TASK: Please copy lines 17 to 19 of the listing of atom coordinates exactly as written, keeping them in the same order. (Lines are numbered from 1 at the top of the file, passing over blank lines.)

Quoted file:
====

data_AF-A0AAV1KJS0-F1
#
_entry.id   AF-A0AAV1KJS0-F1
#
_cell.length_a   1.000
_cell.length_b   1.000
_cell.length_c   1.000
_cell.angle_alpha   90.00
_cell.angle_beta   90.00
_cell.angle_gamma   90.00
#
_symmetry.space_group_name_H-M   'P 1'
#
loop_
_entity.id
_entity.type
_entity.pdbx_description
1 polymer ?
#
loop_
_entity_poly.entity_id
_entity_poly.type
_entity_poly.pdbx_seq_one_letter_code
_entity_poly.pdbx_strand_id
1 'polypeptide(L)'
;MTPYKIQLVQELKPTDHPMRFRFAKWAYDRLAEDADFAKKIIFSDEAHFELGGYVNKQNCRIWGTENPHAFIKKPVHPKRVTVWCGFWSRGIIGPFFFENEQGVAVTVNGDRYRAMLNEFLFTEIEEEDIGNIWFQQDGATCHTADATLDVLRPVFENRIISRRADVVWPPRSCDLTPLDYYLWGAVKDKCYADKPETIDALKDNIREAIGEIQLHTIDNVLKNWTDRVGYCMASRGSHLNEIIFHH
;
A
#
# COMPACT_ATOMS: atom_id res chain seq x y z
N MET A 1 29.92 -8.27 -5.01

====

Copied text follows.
_entity.pdbx_description
1 polymer ?
#